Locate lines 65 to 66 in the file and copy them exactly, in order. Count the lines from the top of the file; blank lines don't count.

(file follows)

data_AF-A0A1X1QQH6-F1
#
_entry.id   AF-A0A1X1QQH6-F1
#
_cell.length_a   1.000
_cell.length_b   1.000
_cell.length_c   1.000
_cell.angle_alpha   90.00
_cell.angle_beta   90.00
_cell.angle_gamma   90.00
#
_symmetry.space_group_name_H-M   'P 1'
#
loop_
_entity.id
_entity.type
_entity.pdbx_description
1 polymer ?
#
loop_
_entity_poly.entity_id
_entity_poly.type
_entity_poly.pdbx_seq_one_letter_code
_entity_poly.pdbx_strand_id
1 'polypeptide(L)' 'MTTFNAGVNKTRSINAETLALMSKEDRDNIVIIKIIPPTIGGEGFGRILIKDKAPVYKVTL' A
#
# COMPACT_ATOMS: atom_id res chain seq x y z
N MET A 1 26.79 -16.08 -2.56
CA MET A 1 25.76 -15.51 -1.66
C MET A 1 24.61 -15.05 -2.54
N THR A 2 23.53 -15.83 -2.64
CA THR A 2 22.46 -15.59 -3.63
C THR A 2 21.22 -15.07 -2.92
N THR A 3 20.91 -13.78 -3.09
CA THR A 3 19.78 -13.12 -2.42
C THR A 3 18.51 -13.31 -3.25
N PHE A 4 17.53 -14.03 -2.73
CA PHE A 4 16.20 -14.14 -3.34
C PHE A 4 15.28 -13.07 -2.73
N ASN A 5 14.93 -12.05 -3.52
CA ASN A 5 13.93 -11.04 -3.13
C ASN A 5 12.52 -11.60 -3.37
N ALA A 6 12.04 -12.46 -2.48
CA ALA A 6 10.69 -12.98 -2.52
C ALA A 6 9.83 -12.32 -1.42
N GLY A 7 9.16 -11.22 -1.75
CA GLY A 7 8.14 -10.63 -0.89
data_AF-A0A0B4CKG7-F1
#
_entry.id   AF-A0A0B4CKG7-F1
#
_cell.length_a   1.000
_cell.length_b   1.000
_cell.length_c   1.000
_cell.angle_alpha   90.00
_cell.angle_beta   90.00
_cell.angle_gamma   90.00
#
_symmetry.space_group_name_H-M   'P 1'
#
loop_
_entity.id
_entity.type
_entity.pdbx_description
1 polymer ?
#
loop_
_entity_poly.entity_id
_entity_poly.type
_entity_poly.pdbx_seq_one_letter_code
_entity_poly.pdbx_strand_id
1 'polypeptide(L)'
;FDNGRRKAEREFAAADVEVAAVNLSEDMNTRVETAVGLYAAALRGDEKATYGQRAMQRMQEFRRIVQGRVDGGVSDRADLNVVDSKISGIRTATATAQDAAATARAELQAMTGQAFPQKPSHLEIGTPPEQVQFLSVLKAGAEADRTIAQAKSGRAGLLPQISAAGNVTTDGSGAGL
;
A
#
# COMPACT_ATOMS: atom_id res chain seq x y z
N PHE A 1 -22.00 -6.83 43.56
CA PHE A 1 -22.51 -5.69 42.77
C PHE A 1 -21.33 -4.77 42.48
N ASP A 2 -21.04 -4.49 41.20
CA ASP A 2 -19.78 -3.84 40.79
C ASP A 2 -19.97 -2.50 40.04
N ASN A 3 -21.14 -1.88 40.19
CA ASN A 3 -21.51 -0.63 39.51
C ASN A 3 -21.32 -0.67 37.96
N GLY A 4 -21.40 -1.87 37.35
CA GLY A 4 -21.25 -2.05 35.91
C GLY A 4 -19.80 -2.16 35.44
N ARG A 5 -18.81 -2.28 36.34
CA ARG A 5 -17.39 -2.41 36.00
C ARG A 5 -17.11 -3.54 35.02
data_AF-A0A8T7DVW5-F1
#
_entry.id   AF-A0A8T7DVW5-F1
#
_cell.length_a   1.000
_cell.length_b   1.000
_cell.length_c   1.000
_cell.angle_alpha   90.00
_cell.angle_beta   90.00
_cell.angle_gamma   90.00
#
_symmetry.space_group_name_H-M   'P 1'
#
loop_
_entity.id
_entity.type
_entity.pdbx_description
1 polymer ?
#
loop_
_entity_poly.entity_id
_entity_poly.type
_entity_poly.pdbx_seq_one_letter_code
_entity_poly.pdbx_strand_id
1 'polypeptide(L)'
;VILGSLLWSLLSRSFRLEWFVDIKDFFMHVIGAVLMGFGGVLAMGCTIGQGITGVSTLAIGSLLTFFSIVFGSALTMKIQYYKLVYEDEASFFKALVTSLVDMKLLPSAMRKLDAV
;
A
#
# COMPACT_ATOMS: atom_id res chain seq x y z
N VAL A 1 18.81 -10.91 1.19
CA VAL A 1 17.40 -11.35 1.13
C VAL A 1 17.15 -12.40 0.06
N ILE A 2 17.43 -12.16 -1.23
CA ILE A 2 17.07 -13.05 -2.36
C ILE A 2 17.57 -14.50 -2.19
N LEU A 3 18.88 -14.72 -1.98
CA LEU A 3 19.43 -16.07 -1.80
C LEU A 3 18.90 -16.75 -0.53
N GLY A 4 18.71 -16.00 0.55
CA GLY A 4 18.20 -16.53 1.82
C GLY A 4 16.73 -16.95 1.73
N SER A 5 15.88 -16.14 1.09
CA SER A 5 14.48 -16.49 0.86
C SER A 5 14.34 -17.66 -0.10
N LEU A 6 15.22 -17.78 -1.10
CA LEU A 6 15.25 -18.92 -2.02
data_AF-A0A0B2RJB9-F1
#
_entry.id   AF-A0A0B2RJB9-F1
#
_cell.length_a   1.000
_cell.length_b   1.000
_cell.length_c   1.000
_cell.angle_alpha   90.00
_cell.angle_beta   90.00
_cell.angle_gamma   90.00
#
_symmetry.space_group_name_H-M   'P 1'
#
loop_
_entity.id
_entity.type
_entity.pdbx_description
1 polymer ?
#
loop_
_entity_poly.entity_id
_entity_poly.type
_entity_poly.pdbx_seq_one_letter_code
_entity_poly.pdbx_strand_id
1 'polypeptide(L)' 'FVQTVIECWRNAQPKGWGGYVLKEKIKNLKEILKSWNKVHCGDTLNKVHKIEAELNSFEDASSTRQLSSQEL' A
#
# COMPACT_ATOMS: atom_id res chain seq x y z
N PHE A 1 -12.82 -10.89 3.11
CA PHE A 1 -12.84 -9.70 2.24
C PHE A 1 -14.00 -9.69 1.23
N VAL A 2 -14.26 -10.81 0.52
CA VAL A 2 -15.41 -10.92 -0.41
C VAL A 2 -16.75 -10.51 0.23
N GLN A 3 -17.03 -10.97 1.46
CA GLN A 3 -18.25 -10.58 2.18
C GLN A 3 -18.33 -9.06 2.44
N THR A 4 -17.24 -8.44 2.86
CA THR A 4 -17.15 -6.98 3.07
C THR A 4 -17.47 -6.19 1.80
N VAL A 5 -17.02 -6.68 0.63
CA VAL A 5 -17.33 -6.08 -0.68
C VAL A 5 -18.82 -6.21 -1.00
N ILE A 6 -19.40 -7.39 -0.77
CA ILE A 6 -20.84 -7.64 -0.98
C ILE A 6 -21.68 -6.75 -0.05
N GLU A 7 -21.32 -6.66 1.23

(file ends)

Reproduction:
1 polymer ?
#